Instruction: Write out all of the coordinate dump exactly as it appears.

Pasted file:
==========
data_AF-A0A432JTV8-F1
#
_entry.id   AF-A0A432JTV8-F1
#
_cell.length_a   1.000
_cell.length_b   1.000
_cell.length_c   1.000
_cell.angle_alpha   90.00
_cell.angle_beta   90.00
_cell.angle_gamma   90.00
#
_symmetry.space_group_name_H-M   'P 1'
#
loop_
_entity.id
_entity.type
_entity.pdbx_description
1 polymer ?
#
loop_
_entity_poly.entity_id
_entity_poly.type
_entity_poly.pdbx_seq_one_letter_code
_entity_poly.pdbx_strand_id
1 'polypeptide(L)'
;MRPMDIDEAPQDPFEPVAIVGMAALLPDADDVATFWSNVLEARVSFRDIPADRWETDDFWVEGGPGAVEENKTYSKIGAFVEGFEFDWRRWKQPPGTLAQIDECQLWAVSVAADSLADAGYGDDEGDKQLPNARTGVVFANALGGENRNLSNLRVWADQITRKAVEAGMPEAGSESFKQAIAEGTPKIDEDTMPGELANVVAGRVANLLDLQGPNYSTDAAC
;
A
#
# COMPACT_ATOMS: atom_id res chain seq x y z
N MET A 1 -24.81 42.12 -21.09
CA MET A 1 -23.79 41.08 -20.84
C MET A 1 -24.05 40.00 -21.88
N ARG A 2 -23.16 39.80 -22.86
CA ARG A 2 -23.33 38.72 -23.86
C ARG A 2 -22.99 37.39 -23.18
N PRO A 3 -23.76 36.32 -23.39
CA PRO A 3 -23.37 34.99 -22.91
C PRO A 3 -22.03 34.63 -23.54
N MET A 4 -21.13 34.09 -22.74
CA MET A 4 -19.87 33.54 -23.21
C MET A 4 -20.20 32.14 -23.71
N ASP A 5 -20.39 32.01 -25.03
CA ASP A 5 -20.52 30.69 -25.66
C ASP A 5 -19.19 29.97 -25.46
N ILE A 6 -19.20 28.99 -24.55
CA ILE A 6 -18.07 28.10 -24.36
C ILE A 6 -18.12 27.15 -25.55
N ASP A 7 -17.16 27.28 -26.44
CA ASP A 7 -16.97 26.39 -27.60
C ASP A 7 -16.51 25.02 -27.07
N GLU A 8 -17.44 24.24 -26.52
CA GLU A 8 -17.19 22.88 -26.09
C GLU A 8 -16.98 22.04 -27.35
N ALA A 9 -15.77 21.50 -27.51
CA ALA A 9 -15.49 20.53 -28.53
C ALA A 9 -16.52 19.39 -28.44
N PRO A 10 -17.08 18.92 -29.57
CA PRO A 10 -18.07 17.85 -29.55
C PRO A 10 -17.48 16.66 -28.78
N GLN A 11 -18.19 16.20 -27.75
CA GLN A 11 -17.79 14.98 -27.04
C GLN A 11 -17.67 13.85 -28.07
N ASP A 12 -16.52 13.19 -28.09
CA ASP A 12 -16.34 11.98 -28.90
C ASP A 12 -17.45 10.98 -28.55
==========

data_AF-A0A432JTV8-F1
#
_entry.id   AF-A0A432JTV8-F1
#
_cell.length_a   1.000
_cell.length_b   1.000
_cell.length_c   1.000
_cell.angle_alpha   90.00
_cell.angle_beta   90.00
_cell.angle_gamma   90.00
#
_symmetry.space_group_name_H-M   'P 1'
#
loop_
_entity.id
_entity.type
_entity.pdbx_description
1 polymer ?
#
loop_
_entity_poly.entity_id
_entity_poly.type
_entity_poly.pdbx_seq_one_letter_code
_entity_poly.pdbx_strand_id
1 'polypeptide(L)'
;MRPMDIDEAPQDPFEPVAIVGMAALLPDADDVATFWSNVLEARVSFRDIPADRWETDDFWVEGGPGAVEENKTYSKIGAFVEGFEFDWRRWKQPPGTLAQIDECQLWAVSVAADSLADAGYGDDEGDKQLPNARTGVVFANALGGENRNLSNLRVWADQITRKAVEAGMPEAGSESFKQAIAEGTPKIDEDTMPGELANVVAGRVANLLDLQGPNYSTDAAC
;
A
#
# COMPACT_ATOMS: atom_id res chain seq x y z
N MET A 1 -24.81 42.12 -21.09
CA MET A 1 -23.79 41.08 -20.84
C MET A 1 -24.05 40.00 -21.88
N ARG A 2 -23.16 39.80 -22.86
CA ARG A 2 -23.33 38.72 -23.86
C ARG A 2 -22.99 37.39 -23.18
N PRO A 3 -23.76 36.32 -23.39
CA PRO A 3 -23.37 34.99 -22.91
C PRO A 3 -22.03 34.63 -23.54
N MET A 4 -21.13 34.09 -22.74
CA MET A 4 -19.87 33.54 -23.21
C MET A 4 -20.20 32.14 -23.71
N ASP A 5 -20.39 32.01 -25.03
CA ASP A 5 -20.52 30.69 -25.66
C ASP A 5 -19.19 29.97 -25.46
N ILE A 6 -19.20 28.99 -24.55
CA ILE A 6 -18.07 28.10 -24.36
C ILE A 6 -18.12 27.15 -25.55
N ASP A 7 -17.16 27.28 -26.44
CA ASP A 7 -16.97 26.39 -27.60
C ASP A 7 -16.51 25.02 -27.07
N GLU A 8 -17.44 24.24 -26.52
CA GLU A 8 -17.19 22.88 -26.09
C GLU A 8 -16.98 22.04 -27.35
N ALA A 9 -15.77 21.50 -27.51
CA ALA A 9 -15.49 20.53 -28.53
C ALA A 9 -16.52 19.39 -28.44
N PRO A 10 -17.08 18.92 -29.57
CA PRO A 10 -18.07 17.85 -29.55
C PRO A 10 -17.48 16.66 -28.78
N GLN A 11 -18.19 16.20 -27.75
CA GLN A 11 -17.79 14.98 -27.04
C GLN A 11 -17.67 13.85 -28.07
N ASP A 12 -16.52 13.19 -28.09
CA ASP A 12 -16.34 11.98 -28.90
C ASP A 12 -17.45 10.98 -28.55